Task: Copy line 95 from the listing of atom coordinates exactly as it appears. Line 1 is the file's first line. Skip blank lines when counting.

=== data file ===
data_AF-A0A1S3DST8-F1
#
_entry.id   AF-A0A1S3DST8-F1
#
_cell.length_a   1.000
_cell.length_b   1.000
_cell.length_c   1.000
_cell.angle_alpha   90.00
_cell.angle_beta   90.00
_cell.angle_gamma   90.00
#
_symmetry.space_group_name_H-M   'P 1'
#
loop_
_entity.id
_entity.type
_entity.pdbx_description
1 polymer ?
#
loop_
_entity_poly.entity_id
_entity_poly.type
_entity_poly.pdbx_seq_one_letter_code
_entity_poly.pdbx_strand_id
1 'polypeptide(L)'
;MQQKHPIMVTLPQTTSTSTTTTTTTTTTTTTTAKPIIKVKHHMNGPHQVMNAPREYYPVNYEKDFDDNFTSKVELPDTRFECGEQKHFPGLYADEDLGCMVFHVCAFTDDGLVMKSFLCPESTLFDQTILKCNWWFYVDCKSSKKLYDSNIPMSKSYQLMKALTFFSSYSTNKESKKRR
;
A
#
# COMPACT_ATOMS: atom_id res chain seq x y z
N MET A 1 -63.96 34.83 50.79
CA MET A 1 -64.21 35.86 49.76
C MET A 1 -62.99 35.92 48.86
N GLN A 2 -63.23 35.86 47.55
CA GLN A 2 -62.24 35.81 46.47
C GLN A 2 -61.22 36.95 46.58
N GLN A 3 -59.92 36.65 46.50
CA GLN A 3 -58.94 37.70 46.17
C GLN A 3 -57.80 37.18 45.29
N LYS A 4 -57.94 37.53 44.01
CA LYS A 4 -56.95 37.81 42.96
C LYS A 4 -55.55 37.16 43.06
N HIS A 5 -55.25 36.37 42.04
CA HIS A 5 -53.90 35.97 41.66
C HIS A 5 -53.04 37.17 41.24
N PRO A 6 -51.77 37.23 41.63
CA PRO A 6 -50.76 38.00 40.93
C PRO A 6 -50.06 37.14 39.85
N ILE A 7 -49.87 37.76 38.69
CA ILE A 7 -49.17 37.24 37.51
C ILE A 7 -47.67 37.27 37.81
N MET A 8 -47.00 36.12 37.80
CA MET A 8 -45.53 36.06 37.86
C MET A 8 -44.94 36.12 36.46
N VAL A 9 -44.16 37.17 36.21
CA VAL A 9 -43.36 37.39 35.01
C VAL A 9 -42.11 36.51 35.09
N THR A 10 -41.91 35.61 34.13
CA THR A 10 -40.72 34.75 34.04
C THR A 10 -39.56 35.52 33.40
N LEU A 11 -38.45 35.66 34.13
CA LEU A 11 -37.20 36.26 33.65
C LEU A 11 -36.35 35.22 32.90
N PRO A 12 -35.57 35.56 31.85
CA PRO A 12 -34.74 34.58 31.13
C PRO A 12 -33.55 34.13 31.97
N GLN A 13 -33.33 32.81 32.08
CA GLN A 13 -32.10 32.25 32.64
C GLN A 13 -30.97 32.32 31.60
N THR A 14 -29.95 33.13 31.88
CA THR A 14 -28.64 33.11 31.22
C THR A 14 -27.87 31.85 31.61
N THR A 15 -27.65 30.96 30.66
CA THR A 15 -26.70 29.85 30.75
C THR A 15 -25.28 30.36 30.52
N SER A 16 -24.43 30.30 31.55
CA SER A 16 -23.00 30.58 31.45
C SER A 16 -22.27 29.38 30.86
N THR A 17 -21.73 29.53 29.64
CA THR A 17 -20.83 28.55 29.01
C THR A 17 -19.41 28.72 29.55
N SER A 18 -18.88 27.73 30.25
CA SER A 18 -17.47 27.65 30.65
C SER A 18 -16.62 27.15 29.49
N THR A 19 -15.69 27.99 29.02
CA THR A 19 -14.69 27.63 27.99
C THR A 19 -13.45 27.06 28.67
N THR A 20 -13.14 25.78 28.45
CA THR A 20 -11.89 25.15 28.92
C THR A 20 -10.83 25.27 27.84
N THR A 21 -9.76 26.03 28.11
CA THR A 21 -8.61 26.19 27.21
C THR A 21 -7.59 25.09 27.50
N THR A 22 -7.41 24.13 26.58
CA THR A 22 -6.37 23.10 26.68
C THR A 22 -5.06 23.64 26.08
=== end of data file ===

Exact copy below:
CA THR A 22 -6.37 23.10 26.68